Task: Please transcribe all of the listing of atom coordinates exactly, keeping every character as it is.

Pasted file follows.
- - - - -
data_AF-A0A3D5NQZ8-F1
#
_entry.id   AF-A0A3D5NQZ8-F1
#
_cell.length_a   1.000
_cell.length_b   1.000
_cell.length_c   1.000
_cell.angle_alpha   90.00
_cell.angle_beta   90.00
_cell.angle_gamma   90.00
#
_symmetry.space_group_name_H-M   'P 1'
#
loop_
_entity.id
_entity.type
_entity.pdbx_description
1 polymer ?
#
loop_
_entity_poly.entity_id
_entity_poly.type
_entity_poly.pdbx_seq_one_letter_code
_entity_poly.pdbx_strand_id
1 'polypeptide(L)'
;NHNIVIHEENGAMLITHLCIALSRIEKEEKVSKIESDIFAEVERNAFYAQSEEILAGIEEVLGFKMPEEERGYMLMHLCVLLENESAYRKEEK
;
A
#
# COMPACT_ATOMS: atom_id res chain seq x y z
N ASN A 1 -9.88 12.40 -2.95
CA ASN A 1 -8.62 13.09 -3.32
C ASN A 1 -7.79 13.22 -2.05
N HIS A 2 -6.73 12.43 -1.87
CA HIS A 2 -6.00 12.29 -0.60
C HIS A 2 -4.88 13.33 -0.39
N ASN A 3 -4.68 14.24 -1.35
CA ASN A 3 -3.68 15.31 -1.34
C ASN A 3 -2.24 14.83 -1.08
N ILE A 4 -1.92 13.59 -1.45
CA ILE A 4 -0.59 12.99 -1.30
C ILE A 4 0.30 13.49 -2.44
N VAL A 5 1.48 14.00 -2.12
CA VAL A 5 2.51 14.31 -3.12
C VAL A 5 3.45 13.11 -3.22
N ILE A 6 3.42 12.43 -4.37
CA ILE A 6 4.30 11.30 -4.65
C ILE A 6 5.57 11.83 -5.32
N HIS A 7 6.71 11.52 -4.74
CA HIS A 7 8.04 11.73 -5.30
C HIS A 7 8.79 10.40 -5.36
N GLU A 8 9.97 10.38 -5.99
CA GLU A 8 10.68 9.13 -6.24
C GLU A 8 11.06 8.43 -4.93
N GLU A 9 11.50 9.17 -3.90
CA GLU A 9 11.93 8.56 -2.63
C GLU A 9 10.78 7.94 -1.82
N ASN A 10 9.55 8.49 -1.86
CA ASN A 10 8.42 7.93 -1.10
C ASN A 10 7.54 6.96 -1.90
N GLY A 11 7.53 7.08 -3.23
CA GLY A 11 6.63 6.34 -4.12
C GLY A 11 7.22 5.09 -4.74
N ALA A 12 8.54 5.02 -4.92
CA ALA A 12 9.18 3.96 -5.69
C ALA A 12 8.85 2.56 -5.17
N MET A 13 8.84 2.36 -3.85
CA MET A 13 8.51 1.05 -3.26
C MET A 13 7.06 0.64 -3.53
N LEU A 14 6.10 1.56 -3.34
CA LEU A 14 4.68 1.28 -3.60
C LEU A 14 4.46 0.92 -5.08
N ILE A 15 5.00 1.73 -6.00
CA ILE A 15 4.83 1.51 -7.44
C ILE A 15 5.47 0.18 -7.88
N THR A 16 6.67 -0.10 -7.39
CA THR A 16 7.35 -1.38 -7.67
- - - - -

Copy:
data_AF-A0A3D5NQZ8-F1
#
_entry.id   AF-A0A3D5NQZ8-F1
#
_cell.length_a   1.000
_cell.length_b   1.000
_cell.length_c   1.000
_cell.angle_alpha   90.00
_cell.angle_beta   90.00
_cell.angle_gamma   90.00
#
_symmetry.space_group_name_H-M   'P 1'
#
loop_
_entity.id
_entity.type
_entity.pdbx_description
1 polymer ?
#
loop_
_entity_poly.entity_id
_entity_poly.type
_entity_poly.pdbx_seq_one_letter_code
_entity_poly.pdbx_strand_id
1 'polypeptide(L)'
;NHNIVIHEENGAMLITHLCIALSRIEKEEKVSKIESDIFAEVERNAFYAQSEEILAGIEEVLGFKMPEEERGYMLMHLCVLLENESAYRKEEK
;
A
#
# COMPACT_ATOMS: atom_id res chain seq x y z
N ASN A 1 -9.88 12.40 -2.95
CA ASN A 1 -8.62 13.09 -3.32
C ASN A 1 -7.79 13.22 -2.05
N HIS A 2 -6.73 12.43 -1.87
CA HIS A 2 -6.00 12.29 -0.60
C HIS A 2 -4.88 13.33 -0.39
N ASN A 3 -4.68 14.24 -1.35
CA ASN A 3 -3.68 15.31 -1.34
C ASN A 3 -2.24 14.83 -1.08
N ILE A 4 -1.92 13.59 -1.45
CA ILE A 4 -0.59 12.99 -1.30
C ILE A 4 0.30 13.49 -2.44
N VAL A 5 1.48 14.00 -2.12
CA VAL A 5 2.51 14.31 -3.12
C VAL A 5 3.45 13.11 -3.22
N ILE A 6 3.42 12.43 -4.37
CA ILE A 6 4.30 11.30 -4.65
C ILE A 6 5.57 11.83 -5.32
N HIS A 7 6.71 11.52 -4.74
CA HIS A 7 8.04 11.73 -5.30
C HIS A 7 8.79 10.40 -5.36
N GLU A 8 9.97 10.38 -5.99
CA GLU A 8 10.68 9.13 -6.24
C GLU A 8 11.06 8.43 -4.93
N GLU A 9 11.50 9.17 -3.90
CA GLU A 9 11.93 8.56 -2.63
C GLU A 9 10.78 7.94 -1.82
N ASN A 10 9.55 8.49 -1.86
CA ASN A 10 8.42 7.93 -1.10
C ASN A 10 7.54 6.96 -1.90
N GLY A 11 7.53 7.08 -3.23
CA GLY A 11 6.63 6.34 -4.12
C GLY A 11 7.22 5.09 -4.74
N ALA A 12 8.54 5.02 -4.92
CA ALA A 12 9.18 3.96 -5.69
C ALA A 12 8.85 2.56 -5.17
N MET A 13 8.84 2.36 -3.85
CA MET A 13 8.51 1.05 -3.26
C MET A 13 7.06 0.64 -3.53
N LEU A 14 6.10 1.56 -3.34
CA LEU A 14 4.68 1.28 -3.60
C LEU A 14 4.46 0.92 -5.08
N ILE A 15 5.00 1.73 -6.00
CA ILE A 15 4.83 1.51 -7.44
C ILE A 15 5.47 0.18 -7.88
N THR A 16 6.67 -0.10 -7.39
CA THR A 16 7.35 -1.38 -7.67